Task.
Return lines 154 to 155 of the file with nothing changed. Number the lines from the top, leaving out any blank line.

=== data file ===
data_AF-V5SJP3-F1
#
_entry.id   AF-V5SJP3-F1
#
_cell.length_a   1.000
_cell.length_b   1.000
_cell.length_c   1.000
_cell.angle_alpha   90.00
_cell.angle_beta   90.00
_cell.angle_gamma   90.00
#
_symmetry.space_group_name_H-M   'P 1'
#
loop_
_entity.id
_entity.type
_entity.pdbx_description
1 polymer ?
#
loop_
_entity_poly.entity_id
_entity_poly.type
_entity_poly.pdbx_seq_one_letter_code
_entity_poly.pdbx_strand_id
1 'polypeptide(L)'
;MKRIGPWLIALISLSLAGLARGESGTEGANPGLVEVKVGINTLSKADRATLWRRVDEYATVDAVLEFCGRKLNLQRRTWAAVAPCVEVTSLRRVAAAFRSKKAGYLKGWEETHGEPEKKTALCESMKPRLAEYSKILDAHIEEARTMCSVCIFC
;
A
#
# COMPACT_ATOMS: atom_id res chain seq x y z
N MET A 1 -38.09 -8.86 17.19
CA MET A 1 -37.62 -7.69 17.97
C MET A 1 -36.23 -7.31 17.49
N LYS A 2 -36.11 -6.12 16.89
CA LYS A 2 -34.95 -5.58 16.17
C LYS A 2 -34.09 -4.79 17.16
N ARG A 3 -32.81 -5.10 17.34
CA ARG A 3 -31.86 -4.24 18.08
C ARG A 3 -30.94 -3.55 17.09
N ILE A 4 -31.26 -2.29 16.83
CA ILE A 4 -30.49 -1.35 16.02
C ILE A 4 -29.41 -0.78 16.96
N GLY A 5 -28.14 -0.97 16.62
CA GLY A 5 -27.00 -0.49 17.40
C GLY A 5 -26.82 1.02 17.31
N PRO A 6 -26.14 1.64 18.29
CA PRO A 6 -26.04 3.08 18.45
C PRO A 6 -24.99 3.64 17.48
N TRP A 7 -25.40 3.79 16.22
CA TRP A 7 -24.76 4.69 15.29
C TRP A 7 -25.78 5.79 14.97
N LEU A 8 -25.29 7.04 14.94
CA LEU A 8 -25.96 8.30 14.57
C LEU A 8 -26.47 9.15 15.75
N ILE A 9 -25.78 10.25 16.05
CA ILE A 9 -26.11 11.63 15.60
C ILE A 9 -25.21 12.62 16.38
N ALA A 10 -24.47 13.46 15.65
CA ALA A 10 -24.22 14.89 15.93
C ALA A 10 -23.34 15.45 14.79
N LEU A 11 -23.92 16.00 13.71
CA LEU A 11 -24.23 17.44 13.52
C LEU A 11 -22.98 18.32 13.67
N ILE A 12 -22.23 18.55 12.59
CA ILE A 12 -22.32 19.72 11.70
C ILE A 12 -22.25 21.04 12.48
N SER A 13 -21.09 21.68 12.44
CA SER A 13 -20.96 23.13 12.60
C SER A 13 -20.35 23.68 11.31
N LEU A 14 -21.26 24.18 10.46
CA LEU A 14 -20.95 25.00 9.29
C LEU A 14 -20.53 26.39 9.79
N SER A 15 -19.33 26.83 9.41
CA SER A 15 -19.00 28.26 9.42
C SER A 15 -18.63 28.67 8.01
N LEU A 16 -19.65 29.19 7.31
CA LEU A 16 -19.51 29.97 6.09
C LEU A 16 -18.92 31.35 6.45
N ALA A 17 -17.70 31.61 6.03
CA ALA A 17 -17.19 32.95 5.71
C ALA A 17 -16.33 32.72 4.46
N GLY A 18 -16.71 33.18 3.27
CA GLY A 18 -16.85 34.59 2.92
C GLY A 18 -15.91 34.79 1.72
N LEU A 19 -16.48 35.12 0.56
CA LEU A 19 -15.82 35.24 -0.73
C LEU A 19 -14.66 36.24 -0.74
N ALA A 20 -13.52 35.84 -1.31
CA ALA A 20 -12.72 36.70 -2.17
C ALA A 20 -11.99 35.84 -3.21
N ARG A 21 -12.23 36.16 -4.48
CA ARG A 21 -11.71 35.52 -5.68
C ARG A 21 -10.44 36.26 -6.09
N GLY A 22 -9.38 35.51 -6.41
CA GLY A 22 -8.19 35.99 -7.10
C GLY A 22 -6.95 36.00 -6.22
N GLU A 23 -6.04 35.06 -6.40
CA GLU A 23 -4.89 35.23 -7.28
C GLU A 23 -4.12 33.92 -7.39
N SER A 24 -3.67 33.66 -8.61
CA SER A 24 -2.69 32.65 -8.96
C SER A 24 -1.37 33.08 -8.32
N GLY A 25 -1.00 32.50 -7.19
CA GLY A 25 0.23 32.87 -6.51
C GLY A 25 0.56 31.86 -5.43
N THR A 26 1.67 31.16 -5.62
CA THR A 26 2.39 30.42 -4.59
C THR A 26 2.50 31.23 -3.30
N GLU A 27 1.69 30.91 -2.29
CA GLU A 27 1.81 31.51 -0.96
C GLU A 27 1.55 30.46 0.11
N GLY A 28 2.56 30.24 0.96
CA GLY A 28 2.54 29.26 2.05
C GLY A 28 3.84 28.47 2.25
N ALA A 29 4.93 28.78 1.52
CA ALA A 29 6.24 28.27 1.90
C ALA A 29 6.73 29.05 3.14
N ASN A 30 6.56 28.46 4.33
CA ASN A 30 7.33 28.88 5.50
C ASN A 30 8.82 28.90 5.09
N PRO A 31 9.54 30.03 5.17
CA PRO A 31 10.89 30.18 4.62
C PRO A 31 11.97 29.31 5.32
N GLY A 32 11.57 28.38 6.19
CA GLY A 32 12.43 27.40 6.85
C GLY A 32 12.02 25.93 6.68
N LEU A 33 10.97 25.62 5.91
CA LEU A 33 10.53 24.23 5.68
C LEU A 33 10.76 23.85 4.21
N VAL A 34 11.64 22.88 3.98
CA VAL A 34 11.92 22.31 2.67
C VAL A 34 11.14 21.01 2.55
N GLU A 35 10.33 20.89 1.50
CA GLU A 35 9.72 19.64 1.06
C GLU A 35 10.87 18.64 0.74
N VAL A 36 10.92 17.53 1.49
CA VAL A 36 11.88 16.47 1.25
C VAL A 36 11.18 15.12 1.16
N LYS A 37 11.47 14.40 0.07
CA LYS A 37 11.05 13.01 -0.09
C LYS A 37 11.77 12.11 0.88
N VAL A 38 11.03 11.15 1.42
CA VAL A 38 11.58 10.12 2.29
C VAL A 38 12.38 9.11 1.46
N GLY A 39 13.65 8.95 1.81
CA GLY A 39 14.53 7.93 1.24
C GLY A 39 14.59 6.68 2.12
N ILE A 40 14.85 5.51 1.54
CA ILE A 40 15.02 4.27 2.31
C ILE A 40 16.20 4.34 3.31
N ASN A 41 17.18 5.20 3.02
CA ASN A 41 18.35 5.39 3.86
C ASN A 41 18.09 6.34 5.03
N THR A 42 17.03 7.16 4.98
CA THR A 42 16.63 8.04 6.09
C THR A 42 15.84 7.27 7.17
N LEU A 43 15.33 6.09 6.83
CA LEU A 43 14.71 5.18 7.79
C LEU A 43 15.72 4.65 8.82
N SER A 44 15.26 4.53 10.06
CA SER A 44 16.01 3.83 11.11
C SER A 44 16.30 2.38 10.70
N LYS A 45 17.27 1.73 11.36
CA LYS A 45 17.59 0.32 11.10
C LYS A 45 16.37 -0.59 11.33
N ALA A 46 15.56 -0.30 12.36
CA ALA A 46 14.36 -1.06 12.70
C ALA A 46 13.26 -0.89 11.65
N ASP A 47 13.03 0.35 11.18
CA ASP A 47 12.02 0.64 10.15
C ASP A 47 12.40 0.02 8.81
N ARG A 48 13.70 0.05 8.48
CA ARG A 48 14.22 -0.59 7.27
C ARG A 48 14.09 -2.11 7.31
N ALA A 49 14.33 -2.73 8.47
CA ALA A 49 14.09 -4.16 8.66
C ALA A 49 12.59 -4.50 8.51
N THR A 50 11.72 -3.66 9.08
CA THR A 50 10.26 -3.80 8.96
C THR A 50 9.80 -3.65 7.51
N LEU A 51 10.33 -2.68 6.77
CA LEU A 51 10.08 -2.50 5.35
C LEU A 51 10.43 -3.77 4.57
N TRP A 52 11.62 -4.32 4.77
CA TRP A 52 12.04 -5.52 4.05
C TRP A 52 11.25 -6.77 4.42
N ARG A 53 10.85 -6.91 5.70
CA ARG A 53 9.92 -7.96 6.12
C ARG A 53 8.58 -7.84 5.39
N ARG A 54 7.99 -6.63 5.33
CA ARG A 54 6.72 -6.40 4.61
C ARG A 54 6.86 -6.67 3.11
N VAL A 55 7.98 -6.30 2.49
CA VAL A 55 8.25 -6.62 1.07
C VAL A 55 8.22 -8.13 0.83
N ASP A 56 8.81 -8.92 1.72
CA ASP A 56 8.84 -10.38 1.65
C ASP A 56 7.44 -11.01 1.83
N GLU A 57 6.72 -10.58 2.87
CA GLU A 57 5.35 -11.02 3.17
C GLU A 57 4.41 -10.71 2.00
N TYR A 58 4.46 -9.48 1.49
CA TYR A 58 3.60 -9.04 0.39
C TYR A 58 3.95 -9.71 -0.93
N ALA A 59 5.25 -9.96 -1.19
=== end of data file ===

N THR A 42 17.03 7.16 4.98
CA THR A 42 16.63 8.04 6.09